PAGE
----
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Mike Doyle

I’m an #OpenlyAutistic gay, Hispanic, urbanist, Disney World fan, New York native, politically independent, Jewish blogger in Chicago. I believe in social justice, big cities, and public transit. I write words and raise money for nonprofits. I’ve written this blog since 2005. And counting...

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8 replies

  1. Disney World is essentially 3D prozac for us. I’m not a superfan–at least by the standards of some of the hard core disboarders and others. However, I do allow myself to be immersed in the artificial culture of DW. I realize it’s an illusion, but frankly I live in a place that has 3 hours of light a day in the winter. I need an illusion. The total isolation of the east coast DW is appealing for this reason. We take an epic flight from Alaska to Orlando, are greeted by our town car driver and begin our temporary respite in a sunny world where every experience is designed to tickle our senses.

    1. So, that’s what we were hoping for. We do think it’s possible to experience total immersion at DLR, albeit in a different way (by dint of spending more time in the parks since everything is so close together.) But we were looking forward to the 40-square–mile magic of WDW. In our experience, we just kept being pulled out of that magic by the problems we encountered there.

  2. I don’t find my collection of My Little Pony figurines to be embarrassing, nor do most people I’ve met. The people I live with would agree with you, but the people I lived with disagree. It’s all based on opinion in the case of the outsider looking in.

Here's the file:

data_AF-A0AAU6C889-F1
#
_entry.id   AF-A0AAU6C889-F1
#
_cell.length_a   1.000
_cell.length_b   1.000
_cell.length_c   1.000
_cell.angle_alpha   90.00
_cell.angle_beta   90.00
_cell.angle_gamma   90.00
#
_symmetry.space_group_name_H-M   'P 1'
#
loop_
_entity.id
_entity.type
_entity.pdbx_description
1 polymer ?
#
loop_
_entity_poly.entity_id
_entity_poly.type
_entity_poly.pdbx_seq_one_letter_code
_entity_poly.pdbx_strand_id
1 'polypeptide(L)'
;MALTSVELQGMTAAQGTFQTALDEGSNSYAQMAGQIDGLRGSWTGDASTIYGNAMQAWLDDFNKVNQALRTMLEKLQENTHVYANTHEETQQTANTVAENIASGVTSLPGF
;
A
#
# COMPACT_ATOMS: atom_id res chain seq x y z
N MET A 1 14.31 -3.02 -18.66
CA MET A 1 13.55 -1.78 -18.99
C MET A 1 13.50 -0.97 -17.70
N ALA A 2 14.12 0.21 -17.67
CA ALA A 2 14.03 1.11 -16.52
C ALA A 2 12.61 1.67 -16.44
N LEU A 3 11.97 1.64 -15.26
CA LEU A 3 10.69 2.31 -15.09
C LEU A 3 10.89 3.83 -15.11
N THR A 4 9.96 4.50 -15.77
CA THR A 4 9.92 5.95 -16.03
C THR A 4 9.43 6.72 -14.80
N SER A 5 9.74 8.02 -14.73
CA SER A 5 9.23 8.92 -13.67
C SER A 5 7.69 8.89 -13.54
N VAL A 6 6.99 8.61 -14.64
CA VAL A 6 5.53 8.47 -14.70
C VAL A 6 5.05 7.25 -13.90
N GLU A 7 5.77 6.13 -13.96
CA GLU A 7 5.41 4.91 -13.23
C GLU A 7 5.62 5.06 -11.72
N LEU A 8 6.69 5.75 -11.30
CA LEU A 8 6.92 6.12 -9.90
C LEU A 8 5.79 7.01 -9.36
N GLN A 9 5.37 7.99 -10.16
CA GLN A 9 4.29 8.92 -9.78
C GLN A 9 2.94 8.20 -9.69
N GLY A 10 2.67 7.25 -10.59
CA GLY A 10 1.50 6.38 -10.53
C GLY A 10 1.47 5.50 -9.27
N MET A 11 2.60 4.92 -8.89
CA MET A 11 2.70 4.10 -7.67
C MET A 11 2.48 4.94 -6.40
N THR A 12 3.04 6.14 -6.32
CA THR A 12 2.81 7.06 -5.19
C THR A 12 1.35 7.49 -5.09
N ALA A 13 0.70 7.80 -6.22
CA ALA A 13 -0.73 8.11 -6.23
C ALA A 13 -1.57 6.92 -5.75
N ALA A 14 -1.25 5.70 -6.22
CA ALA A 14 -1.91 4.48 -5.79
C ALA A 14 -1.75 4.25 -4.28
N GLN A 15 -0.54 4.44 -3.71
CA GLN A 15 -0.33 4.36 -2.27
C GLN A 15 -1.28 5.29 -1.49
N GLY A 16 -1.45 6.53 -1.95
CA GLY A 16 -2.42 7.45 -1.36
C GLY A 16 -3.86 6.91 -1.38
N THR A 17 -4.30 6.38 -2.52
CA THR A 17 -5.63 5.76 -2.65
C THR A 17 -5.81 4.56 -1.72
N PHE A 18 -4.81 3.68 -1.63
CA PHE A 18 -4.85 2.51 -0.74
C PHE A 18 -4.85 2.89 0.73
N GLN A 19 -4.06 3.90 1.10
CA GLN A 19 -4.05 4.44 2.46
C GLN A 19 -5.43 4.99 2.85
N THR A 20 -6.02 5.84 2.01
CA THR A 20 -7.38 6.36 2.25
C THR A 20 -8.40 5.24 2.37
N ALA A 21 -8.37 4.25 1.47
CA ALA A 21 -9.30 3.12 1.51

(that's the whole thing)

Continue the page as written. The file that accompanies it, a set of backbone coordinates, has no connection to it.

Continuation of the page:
We want things to be perfect. BronyCon is by no means a perfect convention, though you will hear the staff of the convention and most figureheads christen it as the next 1934 Worlds Fair. It’s ironic, but I have a hearty dislike of east coast mentality in general, so I’d be more predisposed to the idea of a west coast convention or otherwise festive event being better than an east coast one. People on the west coast just seem to care about each other more.

    I don’t live in an escapist fantasy; statistically, it could be very possible that Rainbow Dash is, in fact, homosexual. That a small number of fans would react negatively to such an assertion is radically different than the majority shouting down a differing opinion, however. I disagree with the notion that the world as a majority finds pony-collecting embarrassing, or that bronies as a majority would discount the possibility of Rainbow Dash being homosexual.

    In your article, you make it seem as if nearly everyone who’s a CM or WDW vet simply won’t listen to reason or differing opinions when it comes to how wonderful their experience is. The brony fandom in general is nearly the opposite; the majority of bronies will respect the opinions of others, but reject and become irritated with uninformed extrapolations–like the majority of the fandom being gay, which is, once again, quite the opposite of the truth.

    Overall, I don’t feel you’ve made a proper comparison here. In the case of an appreciation for My Little Pony, simply having an open mind about such matters as collecting habits or opinions being presented as opinions rather than fact would, in most cases, make a brony quite agreeable with your differing viewpoint. CMs and WDW vets as a majority, according to you, will not take informed opinions into account, instead narrowing their perception, when they should be expanding it.

    1. No offense to MLP fandom, or WDW fandom or CMs for that matter. I could have been clearer–my point was that some people lose themselves more than they should. More than a rational, average fan might. There’s nothing wrong with My Little Pony fandom at all. But there are the fans who take it very, very far, whatever the object of their affection. The ones who make other fans go, “Huh?” Those fans? That’s who I’m talking about.